Abraham Lincoln was right about a great deal but wrong when he suggested, in his Gettysburg Address, that "the world will little note, nor long remember what we say here."

His point was spot on, that the focus on Nov. 19, 1863 should not have been his speech, but the sacrifice in the name of freedom that had been made that July by thousands of Union soldiers at rest in the cemetery he had come to dedicate.

But Lincoln's brief and eloquent speech was extraordinary as well. In just a few minutes it paid homage to those who had died, explained the meaning of that sacrifice in the context of the nation's history and, most important, its meaning for the future of the United States.

"It is for us the living, rather, to be dedicated here to the unfinished work which they who fought here have thus far so nobly advanced. It is rather for us to be here dedicated to the great task remaining before us - that from these honored dead we take increased devotion to that cause for which they gave the last full measure of devotion - that we here highly resolve that these dead shall not have died in vain - that this nation, under God, shall have a new birth of freedom -and that government of the people, by the people, for the people, shall not perish from the earth."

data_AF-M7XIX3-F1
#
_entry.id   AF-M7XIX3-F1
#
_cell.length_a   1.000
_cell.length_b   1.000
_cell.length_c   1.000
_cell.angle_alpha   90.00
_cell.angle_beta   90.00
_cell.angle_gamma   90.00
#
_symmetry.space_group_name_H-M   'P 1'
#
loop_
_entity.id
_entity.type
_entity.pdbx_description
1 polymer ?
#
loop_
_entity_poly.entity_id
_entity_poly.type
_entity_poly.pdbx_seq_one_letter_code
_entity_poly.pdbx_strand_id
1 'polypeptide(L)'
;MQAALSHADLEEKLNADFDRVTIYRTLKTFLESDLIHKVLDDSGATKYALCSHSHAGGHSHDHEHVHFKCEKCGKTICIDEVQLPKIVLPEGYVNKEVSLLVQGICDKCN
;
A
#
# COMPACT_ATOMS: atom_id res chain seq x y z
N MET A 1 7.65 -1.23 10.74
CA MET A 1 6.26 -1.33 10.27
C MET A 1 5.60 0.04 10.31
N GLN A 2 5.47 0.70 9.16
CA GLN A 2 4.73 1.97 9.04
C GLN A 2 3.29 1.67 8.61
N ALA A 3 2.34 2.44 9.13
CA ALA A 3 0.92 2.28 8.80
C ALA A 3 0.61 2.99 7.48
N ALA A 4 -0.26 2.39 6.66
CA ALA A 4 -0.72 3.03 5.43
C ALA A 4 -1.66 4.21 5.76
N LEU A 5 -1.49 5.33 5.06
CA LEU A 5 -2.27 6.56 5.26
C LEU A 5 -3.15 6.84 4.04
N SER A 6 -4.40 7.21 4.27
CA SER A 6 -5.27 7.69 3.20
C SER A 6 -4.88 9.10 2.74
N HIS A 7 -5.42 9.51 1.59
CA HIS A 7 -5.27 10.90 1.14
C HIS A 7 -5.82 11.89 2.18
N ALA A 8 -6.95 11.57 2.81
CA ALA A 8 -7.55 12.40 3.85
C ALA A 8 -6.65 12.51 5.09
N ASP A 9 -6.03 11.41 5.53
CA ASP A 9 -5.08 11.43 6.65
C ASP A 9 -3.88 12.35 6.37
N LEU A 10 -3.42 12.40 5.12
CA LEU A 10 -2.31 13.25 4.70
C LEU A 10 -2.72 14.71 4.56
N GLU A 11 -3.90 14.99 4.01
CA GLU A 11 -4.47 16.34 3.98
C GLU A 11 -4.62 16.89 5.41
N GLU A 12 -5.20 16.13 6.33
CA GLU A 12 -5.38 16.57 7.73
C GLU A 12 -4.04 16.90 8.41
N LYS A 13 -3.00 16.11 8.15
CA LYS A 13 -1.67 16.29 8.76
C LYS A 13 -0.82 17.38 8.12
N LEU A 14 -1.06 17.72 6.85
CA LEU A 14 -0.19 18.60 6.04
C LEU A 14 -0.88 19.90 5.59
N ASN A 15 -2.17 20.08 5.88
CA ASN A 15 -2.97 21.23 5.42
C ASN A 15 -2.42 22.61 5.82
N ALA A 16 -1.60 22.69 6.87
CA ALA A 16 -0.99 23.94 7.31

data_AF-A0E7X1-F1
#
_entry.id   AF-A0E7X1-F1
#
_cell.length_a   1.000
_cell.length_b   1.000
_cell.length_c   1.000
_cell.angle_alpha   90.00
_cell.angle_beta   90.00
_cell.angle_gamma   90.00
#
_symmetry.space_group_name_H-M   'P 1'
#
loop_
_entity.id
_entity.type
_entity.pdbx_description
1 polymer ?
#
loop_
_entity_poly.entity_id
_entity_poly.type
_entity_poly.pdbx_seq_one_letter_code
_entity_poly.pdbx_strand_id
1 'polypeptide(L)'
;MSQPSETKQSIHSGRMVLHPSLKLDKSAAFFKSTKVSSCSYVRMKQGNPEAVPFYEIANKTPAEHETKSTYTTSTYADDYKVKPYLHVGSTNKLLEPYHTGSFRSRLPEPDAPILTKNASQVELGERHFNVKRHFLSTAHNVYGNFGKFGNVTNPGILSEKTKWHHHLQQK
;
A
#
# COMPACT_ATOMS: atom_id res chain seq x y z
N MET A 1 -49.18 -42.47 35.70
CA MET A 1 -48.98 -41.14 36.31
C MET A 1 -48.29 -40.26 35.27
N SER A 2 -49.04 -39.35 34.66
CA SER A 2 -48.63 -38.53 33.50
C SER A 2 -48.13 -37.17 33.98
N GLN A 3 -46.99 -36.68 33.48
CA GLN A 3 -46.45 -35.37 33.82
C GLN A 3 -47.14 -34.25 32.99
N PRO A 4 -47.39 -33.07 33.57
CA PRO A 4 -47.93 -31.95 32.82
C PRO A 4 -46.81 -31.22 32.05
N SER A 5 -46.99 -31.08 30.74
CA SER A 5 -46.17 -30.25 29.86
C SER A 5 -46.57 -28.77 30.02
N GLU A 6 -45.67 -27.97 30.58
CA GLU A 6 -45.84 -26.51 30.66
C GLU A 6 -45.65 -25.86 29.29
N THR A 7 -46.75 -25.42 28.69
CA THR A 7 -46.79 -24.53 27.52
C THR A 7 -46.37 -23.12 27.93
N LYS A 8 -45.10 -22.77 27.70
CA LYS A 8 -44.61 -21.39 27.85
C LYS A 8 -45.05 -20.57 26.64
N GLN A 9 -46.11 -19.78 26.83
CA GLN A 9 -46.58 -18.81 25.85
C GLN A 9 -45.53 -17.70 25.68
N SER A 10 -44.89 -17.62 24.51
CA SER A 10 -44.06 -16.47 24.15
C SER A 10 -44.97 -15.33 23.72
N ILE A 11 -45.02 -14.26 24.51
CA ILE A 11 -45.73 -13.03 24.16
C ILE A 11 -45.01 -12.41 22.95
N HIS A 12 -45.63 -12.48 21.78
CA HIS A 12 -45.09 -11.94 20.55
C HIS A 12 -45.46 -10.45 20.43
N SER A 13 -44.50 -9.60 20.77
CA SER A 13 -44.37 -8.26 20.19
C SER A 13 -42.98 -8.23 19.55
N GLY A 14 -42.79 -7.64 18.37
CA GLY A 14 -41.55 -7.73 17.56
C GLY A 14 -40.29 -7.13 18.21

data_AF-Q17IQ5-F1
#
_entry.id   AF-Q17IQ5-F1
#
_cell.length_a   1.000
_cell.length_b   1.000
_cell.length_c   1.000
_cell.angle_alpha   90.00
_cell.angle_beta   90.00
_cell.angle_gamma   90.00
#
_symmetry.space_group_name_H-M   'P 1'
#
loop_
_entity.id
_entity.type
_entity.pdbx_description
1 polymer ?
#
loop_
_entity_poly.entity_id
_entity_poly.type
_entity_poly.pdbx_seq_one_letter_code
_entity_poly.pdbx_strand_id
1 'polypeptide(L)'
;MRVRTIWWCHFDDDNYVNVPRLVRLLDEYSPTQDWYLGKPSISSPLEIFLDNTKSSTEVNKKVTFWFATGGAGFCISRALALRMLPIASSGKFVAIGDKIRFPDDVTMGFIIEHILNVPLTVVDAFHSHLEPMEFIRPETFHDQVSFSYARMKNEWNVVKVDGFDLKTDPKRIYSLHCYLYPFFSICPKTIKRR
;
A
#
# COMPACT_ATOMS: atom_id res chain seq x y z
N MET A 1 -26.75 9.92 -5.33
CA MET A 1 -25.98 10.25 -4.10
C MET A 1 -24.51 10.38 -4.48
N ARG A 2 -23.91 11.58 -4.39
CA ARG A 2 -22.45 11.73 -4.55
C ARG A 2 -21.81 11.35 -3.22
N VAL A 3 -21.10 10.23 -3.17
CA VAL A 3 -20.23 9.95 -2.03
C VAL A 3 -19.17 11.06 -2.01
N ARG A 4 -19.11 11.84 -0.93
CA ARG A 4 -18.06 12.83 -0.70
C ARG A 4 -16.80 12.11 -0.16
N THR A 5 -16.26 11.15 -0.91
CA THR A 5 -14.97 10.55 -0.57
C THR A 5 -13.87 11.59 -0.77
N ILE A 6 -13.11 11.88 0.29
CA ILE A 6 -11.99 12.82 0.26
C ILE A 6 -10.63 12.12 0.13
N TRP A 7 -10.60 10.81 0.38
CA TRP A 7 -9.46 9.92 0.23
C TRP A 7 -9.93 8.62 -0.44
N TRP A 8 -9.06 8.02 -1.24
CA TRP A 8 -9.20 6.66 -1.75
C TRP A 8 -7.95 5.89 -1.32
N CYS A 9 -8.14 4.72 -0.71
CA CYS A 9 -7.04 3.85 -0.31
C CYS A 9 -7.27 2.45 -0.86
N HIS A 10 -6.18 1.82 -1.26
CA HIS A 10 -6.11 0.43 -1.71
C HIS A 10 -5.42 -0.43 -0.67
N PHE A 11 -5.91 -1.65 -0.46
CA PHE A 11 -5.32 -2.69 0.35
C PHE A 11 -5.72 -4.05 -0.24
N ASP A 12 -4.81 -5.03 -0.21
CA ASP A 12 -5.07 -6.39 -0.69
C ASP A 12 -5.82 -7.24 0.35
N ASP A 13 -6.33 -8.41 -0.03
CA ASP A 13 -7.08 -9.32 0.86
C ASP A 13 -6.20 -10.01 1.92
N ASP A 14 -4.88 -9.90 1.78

President Obama himself is one consequence of that new birth of freedom. He also is an avowed admirer of Lincoln who took his oath of office on the same Bible that was used by the 16th president. Yet the White House has announced that he will not attend Tuesday, when the 150th anniversary of Lincoln's speech is observed in Gettysburg. Keynote speakers instead will be historian James McPherson and Secretary of the Interior Sally Jewell.

Mr. Obama, a fine orator himself, should reconsider and go to Gettysburg. The commemoration warrants the attendance of the president, especially one who is living proof that Lincoln's got it exactly right.